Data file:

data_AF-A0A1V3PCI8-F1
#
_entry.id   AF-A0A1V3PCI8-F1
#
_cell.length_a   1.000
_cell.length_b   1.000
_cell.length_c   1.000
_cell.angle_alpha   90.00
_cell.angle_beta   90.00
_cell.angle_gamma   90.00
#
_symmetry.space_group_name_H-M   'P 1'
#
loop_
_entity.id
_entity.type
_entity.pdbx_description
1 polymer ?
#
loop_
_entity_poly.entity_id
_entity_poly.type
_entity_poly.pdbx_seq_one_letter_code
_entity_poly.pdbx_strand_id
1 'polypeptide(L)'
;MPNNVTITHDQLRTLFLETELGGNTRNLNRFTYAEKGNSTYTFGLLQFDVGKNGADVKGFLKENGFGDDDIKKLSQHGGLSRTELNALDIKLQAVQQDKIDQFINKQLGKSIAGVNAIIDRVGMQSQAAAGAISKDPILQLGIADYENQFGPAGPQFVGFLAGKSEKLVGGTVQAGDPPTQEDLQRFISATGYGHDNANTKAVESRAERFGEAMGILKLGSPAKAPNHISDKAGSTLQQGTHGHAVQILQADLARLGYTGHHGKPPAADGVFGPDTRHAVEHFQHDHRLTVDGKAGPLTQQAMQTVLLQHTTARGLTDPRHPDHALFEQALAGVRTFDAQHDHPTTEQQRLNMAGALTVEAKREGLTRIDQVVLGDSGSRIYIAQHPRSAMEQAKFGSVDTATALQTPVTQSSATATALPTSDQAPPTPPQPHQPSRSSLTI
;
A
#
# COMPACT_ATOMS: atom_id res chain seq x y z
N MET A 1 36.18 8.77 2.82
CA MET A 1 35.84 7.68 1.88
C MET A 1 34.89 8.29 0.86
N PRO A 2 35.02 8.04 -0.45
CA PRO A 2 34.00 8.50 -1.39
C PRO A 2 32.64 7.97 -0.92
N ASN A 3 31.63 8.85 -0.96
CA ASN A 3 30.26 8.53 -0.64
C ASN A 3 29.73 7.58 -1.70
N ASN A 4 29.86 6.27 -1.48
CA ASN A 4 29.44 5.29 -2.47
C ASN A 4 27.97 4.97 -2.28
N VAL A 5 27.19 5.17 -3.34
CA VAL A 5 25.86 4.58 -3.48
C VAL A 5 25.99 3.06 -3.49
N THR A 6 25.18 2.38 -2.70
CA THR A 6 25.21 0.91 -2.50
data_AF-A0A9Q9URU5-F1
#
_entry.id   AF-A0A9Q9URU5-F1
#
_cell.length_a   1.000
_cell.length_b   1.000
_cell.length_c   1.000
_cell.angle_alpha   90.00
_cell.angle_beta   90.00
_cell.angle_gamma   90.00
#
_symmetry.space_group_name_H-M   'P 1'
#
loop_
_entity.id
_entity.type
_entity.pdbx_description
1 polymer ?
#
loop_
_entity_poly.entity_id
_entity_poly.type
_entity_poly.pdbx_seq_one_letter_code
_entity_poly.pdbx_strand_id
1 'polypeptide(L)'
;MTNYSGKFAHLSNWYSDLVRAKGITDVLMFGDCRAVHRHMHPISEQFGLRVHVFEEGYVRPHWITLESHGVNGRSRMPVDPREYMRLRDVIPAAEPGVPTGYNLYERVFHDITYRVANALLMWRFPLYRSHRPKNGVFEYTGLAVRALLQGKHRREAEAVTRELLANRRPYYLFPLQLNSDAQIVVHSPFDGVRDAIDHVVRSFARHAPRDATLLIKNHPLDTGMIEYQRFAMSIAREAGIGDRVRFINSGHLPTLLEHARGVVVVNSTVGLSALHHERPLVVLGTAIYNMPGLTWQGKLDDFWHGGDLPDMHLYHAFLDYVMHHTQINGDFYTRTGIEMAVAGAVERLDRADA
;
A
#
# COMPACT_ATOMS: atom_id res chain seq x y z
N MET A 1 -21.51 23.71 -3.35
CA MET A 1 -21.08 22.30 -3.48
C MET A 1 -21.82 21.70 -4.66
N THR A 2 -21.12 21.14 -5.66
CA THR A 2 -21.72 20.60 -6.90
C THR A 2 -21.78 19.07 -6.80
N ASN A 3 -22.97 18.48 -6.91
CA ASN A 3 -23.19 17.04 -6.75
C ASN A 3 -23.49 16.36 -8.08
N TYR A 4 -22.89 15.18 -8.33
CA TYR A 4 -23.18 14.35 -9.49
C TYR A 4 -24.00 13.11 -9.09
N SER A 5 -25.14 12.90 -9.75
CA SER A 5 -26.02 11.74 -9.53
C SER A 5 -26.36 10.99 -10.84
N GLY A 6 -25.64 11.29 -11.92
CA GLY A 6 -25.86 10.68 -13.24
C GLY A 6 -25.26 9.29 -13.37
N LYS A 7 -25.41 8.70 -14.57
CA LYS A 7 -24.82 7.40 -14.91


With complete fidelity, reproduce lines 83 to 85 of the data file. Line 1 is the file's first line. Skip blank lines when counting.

C THR A 2 -21.78 19.07 -6.80
N ASN A 3 -22.97 18.48 -6.91
CA ASN A 3 -23.19 17.04 -6.75